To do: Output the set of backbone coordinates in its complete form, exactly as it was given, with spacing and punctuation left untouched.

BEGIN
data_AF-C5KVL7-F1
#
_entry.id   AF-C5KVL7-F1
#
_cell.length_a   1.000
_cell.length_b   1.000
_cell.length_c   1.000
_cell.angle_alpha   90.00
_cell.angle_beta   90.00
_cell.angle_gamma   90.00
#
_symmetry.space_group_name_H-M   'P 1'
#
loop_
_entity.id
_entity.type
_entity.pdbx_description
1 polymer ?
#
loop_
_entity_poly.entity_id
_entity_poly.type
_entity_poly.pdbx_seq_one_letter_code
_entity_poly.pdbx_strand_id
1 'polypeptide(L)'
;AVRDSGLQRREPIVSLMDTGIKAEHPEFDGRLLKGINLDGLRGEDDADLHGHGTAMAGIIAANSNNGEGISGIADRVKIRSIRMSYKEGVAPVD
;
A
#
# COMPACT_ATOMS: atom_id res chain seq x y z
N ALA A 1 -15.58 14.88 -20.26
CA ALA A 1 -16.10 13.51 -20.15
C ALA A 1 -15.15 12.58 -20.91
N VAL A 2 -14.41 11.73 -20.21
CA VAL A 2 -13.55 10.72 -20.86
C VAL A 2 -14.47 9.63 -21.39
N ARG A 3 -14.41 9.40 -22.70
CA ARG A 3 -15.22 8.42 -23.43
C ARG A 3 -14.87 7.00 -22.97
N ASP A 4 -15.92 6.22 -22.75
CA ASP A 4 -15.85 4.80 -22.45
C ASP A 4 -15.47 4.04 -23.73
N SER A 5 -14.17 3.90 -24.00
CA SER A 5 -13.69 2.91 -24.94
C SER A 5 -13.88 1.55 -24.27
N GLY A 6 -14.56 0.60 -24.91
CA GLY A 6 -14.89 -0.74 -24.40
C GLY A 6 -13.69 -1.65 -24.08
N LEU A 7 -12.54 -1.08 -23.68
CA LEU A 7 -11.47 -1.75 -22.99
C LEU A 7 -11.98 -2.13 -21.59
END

data_AF-C5KVL7-F1
#
_entry.id   AF-C5KVL7-F1
#
_cell.length_a   1.000
_cell.length_b   1.000
_cell.length_c   1.000
_cell.angle_alpha   90.00
_cell.angle_beta   90.00
_cell.angle_gamma   90.00
#
_symmetry.space_group_name_H-M   'P 1'
#
loop_
_entity.id
_entity.type
_entity.pdbx_description
1 polymer ?
#
loop_
_entity_poly.entity_id
_entity_poly.type
_entity_poly.pdbx_seq_one_letter_code
_entity_poly.pdbx_strand_id
1 'polypeptide(L)'
;AVRDSGLQRREPIVSLMDTGIKAEHPEFDGRLLKGINLDGLRGEDDADLHGHGTAMAGIIAANSNNGEGISGIADRVKIRSIRMSYKEGVAPVD
;
A
#
# COMPACT_ATOMS: atom_id res chain seq x y z
N ALA A 1 -15.58 14.88 -20.26
CA ALA A 1 -16.10 13.51 -20.15
C ALA A 1 -15.15 12.58 -20.91
N VAL A 2 -14.41 11.73 -20.21
CA VAL A 2 -13.55 10.72 -20.86
C VAL A 2 -14.47 9.63 -21.39
N ARG A 3 -14.41 9.40 -22.70
CA ARG A 3 -15.22 8.42 -23.43
C ARG A 3 -14.87 7.00 -22.97
N ASP A 4 -15.92 6.22 -22.75
CA ASP A 4 -15.85 4.80 -22.45
C ASP A 4 -15.47 4.04 -23.73
N SER A 5 -14.17 3.90 -24.00
CA SER A 5 -13.69 2.91 -24.94
C SER A 5 -13.88 1.55 -24.27
N GLY A 6 -14.56 0.60 -24.91
CA GLY A 6 -14.89 -0.74 -24.40
C GLY A 6 -13.69 -1.65 -24.08
N LEU A 7 -12.54 -1.08 -23.68
CA LEU A 7 -11.47 -1.75 -22.99
C LEU A 7 -11.98 -2.13 -21.59